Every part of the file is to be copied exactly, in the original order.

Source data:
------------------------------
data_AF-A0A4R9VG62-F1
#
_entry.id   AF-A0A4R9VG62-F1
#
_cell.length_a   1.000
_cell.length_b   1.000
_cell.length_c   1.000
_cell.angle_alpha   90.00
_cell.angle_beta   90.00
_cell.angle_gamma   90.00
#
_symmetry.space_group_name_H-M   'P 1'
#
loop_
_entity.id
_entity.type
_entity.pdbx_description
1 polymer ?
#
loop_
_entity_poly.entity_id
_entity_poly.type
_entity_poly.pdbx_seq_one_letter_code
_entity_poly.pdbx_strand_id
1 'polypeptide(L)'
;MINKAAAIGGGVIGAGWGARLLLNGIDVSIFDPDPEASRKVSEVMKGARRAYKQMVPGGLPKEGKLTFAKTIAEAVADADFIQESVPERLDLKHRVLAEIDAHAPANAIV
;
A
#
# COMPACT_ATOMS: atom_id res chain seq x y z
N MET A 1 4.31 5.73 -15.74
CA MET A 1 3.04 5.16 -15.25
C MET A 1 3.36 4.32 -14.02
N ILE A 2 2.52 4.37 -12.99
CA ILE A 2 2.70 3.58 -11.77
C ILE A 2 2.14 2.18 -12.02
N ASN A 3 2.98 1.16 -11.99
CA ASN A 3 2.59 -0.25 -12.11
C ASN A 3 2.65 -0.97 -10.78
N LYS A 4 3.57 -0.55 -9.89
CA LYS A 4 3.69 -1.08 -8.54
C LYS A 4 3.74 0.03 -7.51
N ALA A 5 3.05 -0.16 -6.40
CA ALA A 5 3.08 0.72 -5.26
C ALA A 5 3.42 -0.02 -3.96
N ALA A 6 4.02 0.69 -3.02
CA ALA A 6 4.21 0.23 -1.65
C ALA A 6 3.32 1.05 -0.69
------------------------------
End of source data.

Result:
data_AF-A0A4R9VG62-F1
#
_entry.id   AF-A0A4R9VG62-F1
#
_cell.length_a   1.000
_cell.length_b   1.000
_cell.length_c   1.000
_cell.angle_alpha   90.00
_cell.angle_beta   90.00
_cell.angle_gamma   90.00
#
_symmetry.space_group_name_H-M   'P 1'
#
loop_
_entity.id
_entity.type
_entity.pdbx_description
1 polymer ?
#
loop_
_entity_poly.entity_id
_entity_poly.type
_entity_poly.pdbx_seq_one_letter_code
_entity_poly.pdbx_strand_id
1 'polypeptide(L)'
;MINKAAAIGGGVIGAGWGARLLLNGIDVSIFDPDPEASRKVSEVMKGARRAYKQMVPGGLPKEGKLTFAKTIAEAVADADFIQESVPERLDLKHRVLAEIDAHAPANAIV
;
A
#
# COMPACT_ATOMS: atom_id res chain seq x y z
N MET A 1 4.31 5.73 -15.74
CA MET A 1 3.04 5.16 -15.25
C MET A 1 3.36 4.32 -14.02
N ILE A 2 2.52 4.37 -12.99
CA ILE A 2 2.70 3.58 -11.77
C ILE A 2 2.14 2.18 -12.02
N ASN A 3 2.98 1.16 -11.99
CA ASN A 3 2.59 -0.25 -12.11
C ASN A 3 2.65 -0.97 -10.78
N LYS A 4 3.57 -0.55 -9.89
CA LYS A 4 3.69 -1.08 -8.54
C LYS A 4 3.74 0.03 -7.51
N ALA A 5 3.05 -0.16 -6.40
CA ALA A 5 3.08 0.72 -5.26
C ALA A 5 3.42 -0.02 -3.96
N ALA A 6 4.02 0.69 -3.02
CA ALA A 6 4.21 0.23 -1.65
C ALA A 6 3.32 1.05 -0.69